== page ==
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Saudi reform plan, extra step of austerity: Analyst

(L-R) Saudi Crown Prince Mohammed bin Nayef, Saudi King Salman, and Saudi Arabia's Deputy Crown Prince Mohammed bin Salman stand together after Saudi Arabia's cabinet agrees to implement a broad reform plan known as Vision 2030 in Riyadh. (Photo by Reuters)

Press TV has interviewed Ali al-Ahmed, director of the Institute for the [Persian] Gulf Affairs (IGA) in Washington, to discuss Saudi Arabia’s reform plan that is predicted to introduce tough belt-tightening measures.

A rough transcription of the interview appears below.


Press TV: How do you think these austerity measures, let’s put it that way, [at] the end of the day they are austerity measures being implemented and entertained by the Saudi officials, how would they possibly have any sort of social ramification?

Ahmed: Well the country has been really going through a lot of austerity measures. Since the beginning, the people of Saudi Arabia have never gotten more than 40 percent of the oil revenue so they have not benefited more than that. The rest, over maybe 60 percent of the oil revenue has been usurped by the ruling Al Saud and their friends. They shared a lot of that money with Western governments, with Western powers who have supported and ensured the survival of the ruling Al Saud. So this is just an extra step of austerity and economic limitations on the population.

Press TV: And in terms of those social ramifications that I asked, are there going to be any public unrest, whatsoever, in your analysis?

Ahmed: I think economic distress always produces social upheaval. That is something that all political scientists agree upon. The issue here is what type of social upheavals, how large they are and I think in that country we will see significant social upheaval against the government, a corrupt government, totalitarian government that has usurped the power, the sovereignty of the country but you cannot really exactly tell the amount of the impact of these social upheavals but I think there will be significant social upheavals.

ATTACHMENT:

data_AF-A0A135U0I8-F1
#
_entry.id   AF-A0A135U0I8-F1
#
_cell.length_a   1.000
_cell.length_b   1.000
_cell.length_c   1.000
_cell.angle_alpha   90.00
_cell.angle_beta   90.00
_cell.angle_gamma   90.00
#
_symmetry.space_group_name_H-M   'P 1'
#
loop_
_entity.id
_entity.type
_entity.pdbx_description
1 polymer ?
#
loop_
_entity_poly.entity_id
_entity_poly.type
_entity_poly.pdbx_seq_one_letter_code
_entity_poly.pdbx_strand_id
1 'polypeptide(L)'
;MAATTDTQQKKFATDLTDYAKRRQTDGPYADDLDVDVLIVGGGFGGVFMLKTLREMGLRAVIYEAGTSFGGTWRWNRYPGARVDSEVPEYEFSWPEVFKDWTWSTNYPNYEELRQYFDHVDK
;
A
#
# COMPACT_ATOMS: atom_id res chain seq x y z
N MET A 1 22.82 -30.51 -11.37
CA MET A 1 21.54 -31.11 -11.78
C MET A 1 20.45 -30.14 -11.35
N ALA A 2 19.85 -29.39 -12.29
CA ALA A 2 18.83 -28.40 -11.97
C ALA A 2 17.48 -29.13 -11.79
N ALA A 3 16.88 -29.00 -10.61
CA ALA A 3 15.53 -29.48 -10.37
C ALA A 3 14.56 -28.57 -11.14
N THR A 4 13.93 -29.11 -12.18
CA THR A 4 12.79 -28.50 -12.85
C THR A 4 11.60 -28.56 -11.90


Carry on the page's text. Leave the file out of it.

Press TV: Now in terms of the roots and causes of the budget deficit that we spoke about, what else can you tell us about the details of the roots and the root causes and the core issues that brought that about in terms of the consequences that this budget deficit of 100 billion dollars is going to have for the Saudi kingdom in terms of the proxy wars that it is waging in the area, in Iraq and in Syria, and the direct war that it is waging at the moment against the Yemeni people, let’s not forget about the petrol or petroleum war that it is waging against Iran?  

Ahmed: Absolutely. The issue here is the structure of the regime itself. As they say in political science absolute power corrupts absolutely, the Saudi monarchy controls every facet of the economy, of the government so that reads corruption, that is significant corruption and without removing that system, this significant corruption will continue and the economic upheaval will continue.

This is in addition to the Saudi continuous wars. There is not only the current war. The Saudi monarchy has been waging wars against its neighbors and against the Muslim world and across the globe even as far as in Tunisia and Malaysia for decades now and using the money of that country to support these wars that have no goals, whatsoever, giving Malaysia or the Malaysian prime minister around 700 million dollars ... to limit the growth of Shia Islam in Malaysia that is a useless target for 700 million dollars but that is the Saudi mentality and the wars that they are waging across the globe.

Press TV: To what extent do you think this budget deficit of 100 billion is going to bring about a behavior change in the regime in terms of its geopolitical stances and positions including the wars?

Ahmed: Well there are signs that there [are] some changes and some reflection. Recently few days ago the Saudi newspaper al-Watan released a report about what the Saudi Crown Prince, the interior minister was saying about the fact that Saudi Arabia needs to rethink its polices but that new story was removed ... from the newspaper and blamed on Iranian hackers.

But this is real that they are thinking that we have made huge mistakes, we have made huge gambles with our oil wars and the wars that we are waging against the Yemeni people and against the Iraqi and Syrian and Egyptian people, so they may think or rethink, they are very pragmatic, so they may think their policy but it might be also too late because the demands of the population in the country are much later than 20 years ago for example.

So I think they might not be able to satisfy the growing need and demand of the people especially the young people who want to be equal with their neighbors and their colleagues across the globe.  

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